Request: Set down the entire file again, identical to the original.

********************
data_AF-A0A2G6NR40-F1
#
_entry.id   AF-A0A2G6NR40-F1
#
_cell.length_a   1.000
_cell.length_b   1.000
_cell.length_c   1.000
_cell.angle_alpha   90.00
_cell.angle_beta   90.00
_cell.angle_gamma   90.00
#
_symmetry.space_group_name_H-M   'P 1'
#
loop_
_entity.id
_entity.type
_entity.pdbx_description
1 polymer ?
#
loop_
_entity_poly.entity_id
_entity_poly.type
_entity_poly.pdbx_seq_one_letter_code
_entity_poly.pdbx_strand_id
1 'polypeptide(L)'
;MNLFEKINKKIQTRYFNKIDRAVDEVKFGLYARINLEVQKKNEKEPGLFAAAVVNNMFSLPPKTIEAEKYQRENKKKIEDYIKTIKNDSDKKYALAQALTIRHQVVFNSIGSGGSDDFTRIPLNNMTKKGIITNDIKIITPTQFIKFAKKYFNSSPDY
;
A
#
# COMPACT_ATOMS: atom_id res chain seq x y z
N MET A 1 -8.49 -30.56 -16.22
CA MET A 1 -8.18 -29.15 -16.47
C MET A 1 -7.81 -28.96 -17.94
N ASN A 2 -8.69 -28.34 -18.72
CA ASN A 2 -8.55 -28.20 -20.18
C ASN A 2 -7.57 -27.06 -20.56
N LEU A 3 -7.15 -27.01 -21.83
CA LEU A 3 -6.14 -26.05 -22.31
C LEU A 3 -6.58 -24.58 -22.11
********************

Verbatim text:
data_AF-A0A2G6NR40-F1
#
_entry.id   AF-A0A2G6NR40-F1
#
_cell.length_a   1.000
_cell.length_b   1.000
_cell.length_c   1.000
_cell.angle_alpha   90.00
_cell.angle_beta   90.00
_cell.angle_gamma   90.00
#
_symmetry.space_group_name_H-M   'P 1'
#
loop_
_entity.id
_entity.type
_entity.pdbx_description
1 polymer ?
#
loop_
_entity_poly.entity_id
_entity_poly.type
_entity_poly.pdbx_seq_one_letter_code
_entity_poly.pdbx_strand_id
1 'polypeptide(L)'
;MNLFEKINKKIQTRYFNKIDRAVDEVKFGLYARINLEVQKKNEKEPGLFAAAVVNNMFSLPPKTIEAEKYQRENKKKIEDYIKTIKNDSDKKYALAQALTIRHQVVFNSIGSGGSDDFTRIPLNNMTKKGIITNDIKIITPTQFIKFAKKYFNSSPDY
;
A
#
# COMPACT_ATOMS: atom_id res chain seq x y z
N MET A 1 -8.49 -30.56 -16.22
CA MET A 1 -8.18 -29.15 -16.47
C MET A 1 -7.81 -28.96 -17.94
N ASN A 2 -8.69 -28.34 -18.72
CA ASN A 2 -8.55 -28.20 -20.18
C ASN A 2 -7.57 -27.06 -20.56
N LEU A 3 -7.15 -27.01 -21.83
CA LEU A 3 -6.14 -26.05 -22.31
C LEU A 3 -6.58 -24.58 -22.11